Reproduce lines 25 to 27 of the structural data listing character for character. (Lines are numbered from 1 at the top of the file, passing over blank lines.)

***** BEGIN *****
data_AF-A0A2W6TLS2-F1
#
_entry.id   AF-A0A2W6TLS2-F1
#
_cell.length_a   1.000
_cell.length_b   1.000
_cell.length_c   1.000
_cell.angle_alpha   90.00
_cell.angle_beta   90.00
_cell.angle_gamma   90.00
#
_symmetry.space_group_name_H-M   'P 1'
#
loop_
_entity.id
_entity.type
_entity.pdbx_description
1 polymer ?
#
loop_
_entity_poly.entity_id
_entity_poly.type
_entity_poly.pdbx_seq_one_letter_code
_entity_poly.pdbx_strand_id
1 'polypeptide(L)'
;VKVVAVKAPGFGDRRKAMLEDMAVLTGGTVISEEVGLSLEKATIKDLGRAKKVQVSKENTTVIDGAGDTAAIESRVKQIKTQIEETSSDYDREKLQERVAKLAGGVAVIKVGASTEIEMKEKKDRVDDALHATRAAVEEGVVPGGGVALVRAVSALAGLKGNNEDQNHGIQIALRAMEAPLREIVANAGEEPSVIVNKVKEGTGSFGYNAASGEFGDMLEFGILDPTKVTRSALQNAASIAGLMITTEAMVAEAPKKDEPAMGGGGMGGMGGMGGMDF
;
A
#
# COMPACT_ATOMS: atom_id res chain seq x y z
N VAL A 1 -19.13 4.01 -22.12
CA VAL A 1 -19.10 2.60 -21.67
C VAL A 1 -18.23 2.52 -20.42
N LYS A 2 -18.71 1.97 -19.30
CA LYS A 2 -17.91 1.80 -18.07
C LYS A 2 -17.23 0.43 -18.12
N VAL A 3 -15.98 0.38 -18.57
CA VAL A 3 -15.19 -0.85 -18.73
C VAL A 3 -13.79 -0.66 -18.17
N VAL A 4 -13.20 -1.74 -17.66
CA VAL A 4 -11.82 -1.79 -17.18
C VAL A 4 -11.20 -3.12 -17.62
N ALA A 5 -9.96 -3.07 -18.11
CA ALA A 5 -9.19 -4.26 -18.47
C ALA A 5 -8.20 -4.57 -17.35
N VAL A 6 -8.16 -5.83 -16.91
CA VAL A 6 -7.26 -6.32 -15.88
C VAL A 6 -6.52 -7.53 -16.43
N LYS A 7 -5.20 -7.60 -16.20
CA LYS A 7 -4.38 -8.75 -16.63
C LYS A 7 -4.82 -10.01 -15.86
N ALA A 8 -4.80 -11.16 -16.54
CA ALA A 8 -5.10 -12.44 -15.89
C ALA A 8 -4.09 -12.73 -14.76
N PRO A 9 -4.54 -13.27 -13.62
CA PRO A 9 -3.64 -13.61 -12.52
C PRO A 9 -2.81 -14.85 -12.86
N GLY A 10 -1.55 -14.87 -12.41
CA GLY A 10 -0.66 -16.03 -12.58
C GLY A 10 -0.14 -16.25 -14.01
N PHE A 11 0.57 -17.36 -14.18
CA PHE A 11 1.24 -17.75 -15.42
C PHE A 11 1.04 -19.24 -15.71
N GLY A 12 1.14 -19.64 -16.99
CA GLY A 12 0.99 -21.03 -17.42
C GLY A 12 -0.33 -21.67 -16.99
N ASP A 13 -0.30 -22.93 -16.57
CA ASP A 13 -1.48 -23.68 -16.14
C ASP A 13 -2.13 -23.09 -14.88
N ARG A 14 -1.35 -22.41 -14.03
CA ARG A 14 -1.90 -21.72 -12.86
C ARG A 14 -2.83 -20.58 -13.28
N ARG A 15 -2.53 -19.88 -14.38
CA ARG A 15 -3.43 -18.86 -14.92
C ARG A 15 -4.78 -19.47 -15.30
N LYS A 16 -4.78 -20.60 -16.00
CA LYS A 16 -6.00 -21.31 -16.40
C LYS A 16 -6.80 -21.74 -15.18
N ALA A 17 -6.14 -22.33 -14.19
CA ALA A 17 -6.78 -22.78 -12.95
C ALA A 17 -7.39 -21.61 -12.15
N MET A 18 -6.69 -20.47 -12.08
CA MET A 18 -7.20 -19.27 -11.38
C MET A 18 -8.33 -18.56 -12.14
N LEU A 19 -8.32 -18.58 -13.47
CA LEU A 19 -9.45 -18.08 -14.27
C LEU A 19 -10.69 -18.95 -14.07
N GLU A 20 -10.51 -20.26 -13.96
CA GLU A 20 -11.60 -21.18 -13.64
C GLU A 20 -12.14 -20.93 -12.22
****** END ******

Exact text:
1 'polypeptide(L)'
;VKVVAVKAPGFGDRRKAMLEDMAVLTGGTVISEEVGLSLEKATIKDLGRAKKVQVSKENTTVIDGAGDTAAIESRVKQIKTQIEETSSDYDREKLQERVAKLAGGVAVIKVGASTEIEMKEKKDRVDDALHATRAAVEEGVVPGGGVALVRAVSALAGLKGNNEDQNHGIQIALRAMEAPLREIVANAGEEPSVIVNKVKEGTGSFGYNAASGEFGDMLEFGILDPTKVTRSALQNAASIAGLMITTEAMVAEAPKKDEPAMGGGGMGGMGGMGGMDF
;